Individual actions might seem hopeless in the face of overwhelming climate change and the incessant rise of fossil fuels. But while turning down a plastic straw or recycling might be small fry when it comes to action, there are plenty of meaningful ways to actually make a difference – not least asking tough questions of employers, pension and energy providers and embracing the growing trends and apps for second hand fashion or sharing food leftovers.
Hosted by climate action group Business Declares, five experts shared tips on how to tackle climate in the five F’s: food, fashion, flying, fuel and finance.
While cutting down on meat and eating more fruit and veg will lower the impact of your diet, food waste is where we can have one of the biggest impacts as citizens, according to head of sustainable food at ethical meal kit provider COOK, Andy Stephens. Around 10 per cent of emissions come from food waste, and roughly a third of all food produced is wasted, Stephens said, who also pointed out how dramatically people’s food behaviours had changed during the pandemic. “Food waste fell by 43 per cent during the pandemic due to positive food waste behaviours,” he said. “Things like planning ahead, writing a shopping list, planning in takeaways so they don’t replace food in the fridge, and batch cooking.” Apps like Olio and Too Good to Go also help, suggested Stephens, alongside cutting down meat by around a third by 2030 and buying local, seasonal and from sustainable producers.
While fashion currently accounts for between four and eight per cent of global greenhouse gas emissions, this is forecast to reach 26 per cent by 2030 thanks to the rise of fast fashion, with its use of plastic fibres, alongside heavy use of chemicals and water. Most worryingly, two thirds of that clothing is made from plastic – a core outlet for the fossil fuel industry, explained Safia Minney, founder of ethical fashion retailer People Tree and sustainability platform REAL. “89 per cent of emissions come from fossil fuels. Fashion as we know it completely relies on them – we need a total redesign.” There is some positive news. Minney, who said that while fast fashion is rising, so is the sustainable trend for second-hand clothes. “Second hand will be as big as fast fashion by 2030. Repair services will move into the mainstream,” she said, adding tips for how to rethink our relationship with fashion. “Do not buy anything made of plastic (nylon or polyester); switch to second hand, or buy ethical and Fairtrade if you can; be audacious, ask questions and tell your friends what you’re doing and why.”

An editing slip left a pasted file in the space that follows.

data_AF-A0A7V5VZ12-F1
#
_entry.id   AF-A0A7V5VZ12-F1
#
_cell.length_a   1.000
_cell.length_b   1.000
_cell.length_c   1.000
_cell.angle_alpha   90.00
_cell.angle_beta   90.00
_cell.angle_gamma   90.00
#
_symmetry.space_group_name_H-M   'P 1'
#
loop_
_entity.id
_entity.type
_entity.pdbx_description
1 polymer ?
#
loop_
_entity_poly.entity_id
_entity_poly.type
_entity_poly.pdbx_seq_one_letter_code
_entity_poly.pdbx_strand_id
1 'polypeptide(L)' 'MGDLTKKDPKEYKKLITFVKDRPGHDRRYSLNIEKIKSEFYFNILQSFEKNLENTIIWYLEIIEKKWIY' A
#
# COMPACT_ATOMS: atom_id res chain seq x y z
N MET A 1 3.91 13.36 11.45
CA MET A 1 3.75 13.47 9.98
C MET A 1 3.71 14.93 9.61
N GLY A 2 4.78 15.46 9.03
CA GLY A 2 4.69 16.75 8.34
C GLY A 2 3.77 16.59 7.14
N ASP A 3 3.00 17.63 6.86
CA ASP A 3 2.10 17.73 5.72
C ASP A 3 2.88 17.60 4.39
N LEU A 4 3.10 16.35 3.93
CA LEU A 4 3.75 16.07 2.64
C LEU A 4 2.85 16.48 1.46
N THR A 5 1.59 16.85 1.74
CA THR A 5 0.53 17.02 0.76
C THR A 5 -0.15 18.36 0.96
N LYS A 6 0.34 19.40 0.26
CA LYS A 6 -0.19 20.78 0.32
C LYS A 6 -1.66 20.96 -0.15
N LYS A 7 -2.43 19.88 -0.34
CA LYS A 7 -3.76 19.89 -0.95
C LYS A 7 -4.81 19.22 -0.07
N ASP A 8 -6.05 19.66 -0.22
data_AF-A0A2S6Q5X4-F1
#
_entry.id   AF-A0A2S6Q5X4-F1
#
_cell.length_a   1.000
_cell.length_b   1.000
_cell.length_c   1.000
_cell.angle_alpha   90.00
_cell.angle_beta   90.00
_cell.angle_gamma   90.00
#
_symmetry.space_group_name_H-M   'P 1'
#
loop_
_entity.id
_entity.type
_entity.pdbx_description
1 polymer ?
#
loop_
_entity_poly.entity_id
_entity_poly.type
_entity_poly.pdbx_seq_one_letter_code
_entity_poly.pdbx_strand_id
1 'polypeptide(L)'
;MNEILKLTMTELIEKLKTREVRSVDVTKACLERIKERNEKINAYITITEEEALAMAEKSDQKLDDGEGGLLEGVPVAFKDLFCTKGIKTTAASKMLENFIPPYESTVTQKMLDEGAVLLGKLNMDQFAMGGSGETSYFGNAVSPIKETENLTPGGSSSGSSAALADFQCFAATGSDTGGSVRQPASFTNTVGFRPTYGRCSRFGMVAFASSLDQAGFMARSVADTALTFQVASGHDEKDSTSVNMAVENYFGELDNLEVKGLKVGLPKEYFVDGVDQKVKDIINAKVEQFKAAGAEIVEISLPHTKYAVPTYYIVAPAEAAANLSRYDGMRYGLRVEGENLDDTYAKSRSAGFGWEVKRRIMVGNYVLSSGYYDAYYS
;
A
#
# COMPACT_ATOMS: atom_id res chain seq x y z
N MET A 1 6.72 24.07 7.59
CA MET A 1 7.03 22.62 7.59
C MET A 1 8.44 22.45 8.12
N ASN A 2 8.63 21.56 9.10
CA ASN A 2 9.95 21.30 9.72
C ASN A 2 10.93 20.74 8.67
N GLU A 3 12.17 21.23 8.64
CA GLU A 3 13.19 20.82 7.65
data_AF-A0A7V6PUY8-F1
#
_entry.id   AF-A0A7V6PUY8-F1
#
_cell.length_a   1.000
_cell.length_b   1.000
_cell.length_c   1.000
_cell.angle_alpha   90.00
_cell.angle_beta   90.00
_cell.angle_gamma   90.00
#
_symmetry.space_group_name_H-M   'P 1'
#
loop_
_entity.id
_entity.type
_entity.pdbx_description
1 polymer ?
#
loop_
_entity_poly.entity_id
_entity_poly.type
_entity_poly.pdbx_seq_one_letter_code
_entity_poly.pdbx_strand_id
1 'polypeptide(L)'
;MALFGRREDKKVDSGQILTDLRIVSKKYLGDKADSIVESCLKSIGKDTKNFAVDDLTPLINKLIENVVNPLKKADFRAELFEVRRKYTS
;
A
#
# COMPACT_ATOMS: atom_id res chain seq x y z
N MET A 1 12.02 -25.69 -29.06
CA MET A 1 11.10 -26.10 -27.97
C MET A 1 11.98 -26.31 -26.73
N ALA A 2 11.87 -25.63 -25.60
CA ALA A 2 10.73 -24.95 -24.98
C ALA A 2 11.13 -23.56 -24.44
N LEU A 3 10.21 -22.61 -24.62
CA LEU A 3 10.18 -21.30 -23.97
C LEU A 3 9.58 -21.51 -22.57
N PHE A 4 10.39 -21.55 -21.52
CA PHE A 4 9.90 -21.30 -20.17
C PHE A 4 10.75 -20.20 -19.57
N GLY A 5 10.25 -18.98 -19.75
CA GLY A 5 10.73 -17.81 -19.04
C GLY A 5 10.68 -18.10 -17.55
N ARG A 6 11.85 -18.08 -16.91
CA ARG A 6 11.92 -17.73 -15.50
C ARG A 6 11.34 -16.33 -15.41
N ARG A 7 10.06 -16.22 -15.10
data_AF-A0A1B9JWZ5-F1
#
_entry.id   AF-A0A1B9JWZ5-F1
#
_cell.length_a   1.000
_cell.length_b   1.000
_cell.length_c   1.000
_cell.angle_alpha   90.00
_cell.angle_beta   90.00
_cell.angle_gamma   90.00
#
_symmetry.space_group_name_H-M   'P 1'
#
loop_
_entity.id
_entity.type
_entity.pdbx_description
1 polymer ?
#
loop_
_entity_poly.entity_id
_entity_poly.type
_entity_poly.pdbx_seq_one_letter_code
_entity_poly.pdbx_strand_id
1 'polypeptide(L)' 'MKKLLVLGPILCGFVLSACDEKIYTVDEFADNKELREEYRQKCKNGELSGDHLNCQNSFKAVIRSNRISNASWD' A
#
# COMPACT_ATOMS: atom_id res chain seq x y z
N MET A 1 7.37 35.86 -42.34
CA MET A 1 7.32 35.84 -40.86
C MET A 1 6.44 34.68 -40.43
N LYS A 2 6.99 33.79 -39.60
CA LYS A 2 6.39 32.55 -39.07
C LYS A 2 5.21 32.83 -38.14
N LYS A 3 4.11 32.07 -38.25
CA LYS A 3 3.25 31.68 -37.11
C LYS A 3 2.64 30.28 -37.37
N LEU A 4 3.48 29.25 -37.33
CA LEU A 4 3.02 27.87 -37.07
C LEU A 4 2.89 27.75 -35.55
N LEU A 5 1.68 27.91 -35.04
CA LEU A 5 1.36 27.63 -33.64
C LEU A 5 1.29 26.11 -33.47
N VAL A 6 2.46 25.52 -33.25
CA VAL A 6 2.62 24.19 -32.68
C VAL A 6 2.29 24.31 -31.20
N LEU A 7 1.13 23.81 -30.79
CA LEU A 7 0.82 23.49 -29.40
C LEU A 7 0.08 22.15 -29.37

Former airline pilot and co-founder of a campaign to help aviation workers understand the climate impacts of their sector, Todd Smith, highlighted that it’s frequent and long-haul flights that have the most damaging impacts. “It’s not the hard-working family who save up for one holiday to the Canaries each year; it’s a polluter elite. 80 per cent of people in the world have never stepped foot on an aircraft, while one per cent of the population create 50 per cent of the demand.” Smith said “there is no green solution to aviation”, highlighting that misinformation and greenwash is rife, such as new so-called ‘sustainable aviation fuel’ coined by petrol giant Shell. “This industry plans to triple their emissions by 2030; they are heavily reliant on offsetting via credits and biofuels. And there is no representation for workers from carbon-heavy industries; often they don’t know the facts,” he said. For those thinking of flying, Smith suggested asking: “Is this flight essential? Can you ask your employer to support incentives for low-carbon travel, such as an extra day holiday?” And highlighting that it’s long-haul flights that are most damaging, he added: “Coral reefs are already dying. Do you really want to fly to the other side of the world to witness ecological collapse?”